Please use this identifier to cite or link to this item: https://ahro.austin.org.au/austinjspui/handle/1/19167
Title: Epilepsy in KCNH1-related syndromes.
Austin Authors: Mastrangelo, Mario;Scheffer, Ingrid E ;Bramswig, Nuria C;Nair, Lal D V;Myers, Candace T;Dentici, Maria Lisa;Korenke, Georg C;Schoch, Kelly;Campeau, Philippe M;White, Susan M;Shashi, Vandana;Kansagra, Sujay;Van Essen, Anthonie J;Leuzzi, Vincenzo
Affiliation: Department of Pediatrics, University of Washington, Seattle, WA, USA
Department of Genetics, University of Groningen, University Medical Center Groningen, The Netherlands
Department of Pediatrics, University of Montreal, Montreal, Canada
Department of Pediatrics, Saveetha Medical College, Chennai, India
Florey Institute and University of Melbourne, Melbourne, Australia
Institut für Humangenetik, Universitätsklinikum Essen, Universität Duisburg-Essen, Germany
Klinik für Neuropädiatrie, Klinikum Oldenburg, Germany
Victorian Clinical Genetics Services, Murdoch Childrens Research Institute, Royal Children's Hospital, Melbourne, Victoria, Australia, Department of Paediatrics, University of Melbourne, Melbourne, Victoria, Australia
Pediatric Neurology Division Department of Pediatrics, Child Neurology and Psychiatry, Sapienza-University of Rome, Rome, Italy
Bambino Gesù Children Hospital, Rome, Italy
Division of Pediatric Neurology, Department of Pediatrics, Duke University Medical Center, Durham, USA
Division of Medical Genetics, Department of Pediatrics, Duke University Medical Center, Durham, USA
Royal Children's Hospital, Melbourne, Australia
Austin Health, Heidelberg, Victoria, Australia
Issue Date: 1-Jun-2016
Publication information: Epileptic disorders : international epilepsy journal with videotape 2016; 18(2): 123-36
Abstract: KCNH1 mutations have been identified in patients with Zimmermann-Laband syndrome and Temple-Baraitser syndrome, as well as patients with uncharacterized syndromes with intellectual disability and overlapping features. These syndromes include dysmorphic facial features, nail hypo/aplasia, thumb and skeletal anomalies, intellectual disability, and seizures. We report the epilepsy phenotype in patients with KCNH1 mutations. Demographic data, electroclinical features, response to antiepileptic drugs, and results of significant diagnostic investigations of nine patients carrying mutations in KCNH1 were obtained from referring centres. Epilepsy was present in 7/9 patients. Both generalized and focal tonic-clonic seizures were observed. Complete seizure control was achieved with pharmacological treatment in 2/7 patients; polytherapy was required in 4/7 patients. Status epilepticus occurred in 4/7 patients. EEG showed a diffusely slow background in 7/7 patients with epilepsy, with variable epileptiform abnormalities. Cerebral folate deficiency and an increase in urinary hypoxanthine and uridine were observed in one patient. Epilepsy is a key phenotypic feature in most individuals with KCNH1-related syndromes, suggesting a direct role of KCNH1 in epileptogenesis, although the underlying mechanism is not understood.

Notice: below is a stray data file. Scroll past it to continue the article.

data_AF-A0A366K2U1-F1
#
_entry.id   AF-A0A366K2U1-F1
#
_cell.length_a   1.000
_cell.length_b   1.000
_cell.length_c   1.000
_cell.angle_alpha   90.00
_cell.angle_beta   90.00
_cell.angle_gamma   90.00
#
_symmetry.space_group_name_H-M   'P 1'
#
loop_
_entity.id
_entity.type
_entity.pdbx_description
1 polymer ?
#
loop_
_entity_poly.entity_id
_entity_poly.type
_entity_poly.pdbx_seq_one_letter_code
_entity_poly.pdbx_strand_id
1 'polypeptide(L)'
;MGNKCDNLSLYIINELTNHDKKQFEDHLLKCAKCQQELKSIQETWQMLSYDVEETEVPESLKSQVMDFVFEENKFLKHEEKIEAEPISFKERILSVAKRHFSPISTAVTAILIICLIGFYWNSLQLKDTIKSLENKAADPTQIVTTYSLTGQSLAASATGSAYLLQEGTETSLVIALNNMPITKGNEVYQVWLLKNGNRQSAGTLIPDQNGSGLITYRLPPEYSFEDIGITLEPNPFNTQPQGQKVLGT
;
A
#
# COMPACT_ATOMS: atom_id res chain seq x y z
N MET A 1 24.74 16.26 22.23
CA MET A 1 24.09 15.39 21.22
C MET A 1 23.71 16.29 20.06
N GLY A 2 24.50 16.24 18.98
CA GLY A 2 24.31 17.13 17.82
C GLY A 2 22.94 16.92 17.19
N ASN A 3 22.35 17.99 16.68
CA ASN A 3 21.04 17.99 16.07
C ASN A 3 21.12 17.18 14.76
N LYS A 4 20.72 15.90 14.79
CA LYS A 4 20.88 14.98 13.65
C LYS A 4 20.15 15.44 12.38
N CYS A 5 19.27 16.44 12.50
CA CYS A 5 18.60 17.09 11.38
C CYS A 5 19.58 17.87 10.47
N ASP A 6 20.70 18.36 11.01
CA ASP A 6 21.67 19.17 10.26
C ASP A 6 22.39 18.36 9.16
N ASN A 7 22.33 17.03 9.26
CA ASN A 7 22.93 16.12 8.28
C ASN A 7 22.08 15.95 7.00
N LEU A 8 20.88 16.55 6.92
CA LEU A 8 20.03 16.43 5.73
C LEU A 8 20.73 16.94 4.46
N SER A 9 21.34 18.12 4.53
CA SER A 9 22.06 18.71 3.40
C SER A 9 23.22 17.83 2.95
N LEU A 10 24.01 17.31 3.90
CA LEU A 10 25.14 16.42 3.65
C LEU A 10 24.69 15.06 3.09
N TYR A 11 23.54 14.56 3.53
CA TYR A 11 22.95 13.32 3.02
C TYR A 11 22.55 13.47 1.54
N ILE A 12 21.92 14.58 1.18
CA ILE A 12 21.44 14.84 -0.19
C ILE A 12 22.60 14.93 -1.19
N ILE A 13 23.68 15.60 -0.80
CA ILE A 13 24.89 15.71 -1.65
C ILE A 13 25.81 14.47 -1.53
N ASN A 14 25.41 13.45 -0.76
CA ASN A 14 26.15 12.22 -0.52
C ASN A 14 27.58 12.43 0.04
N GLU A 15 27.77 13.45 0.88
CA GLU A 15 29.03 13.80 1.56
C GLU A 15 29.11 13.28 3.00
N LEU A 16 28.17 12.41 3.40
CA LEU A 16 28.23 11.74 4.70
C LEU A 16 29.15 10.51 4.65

URI: http://ahro.austin.org.au/austinjspui/handle/1/19167
DOI: 10.1684/epd.2016.0830
ORCID: 0000-0002-2311-2174
PubMed URL: 27267311
Type: Journal Article
Subjects: KCNH1-related encephalopathy
Temple-Baraitser syndrome
Zimmermann-Laband syndrome
genetic epilepsy
undefined intellectual disability
Appears in Collections:Journal articles

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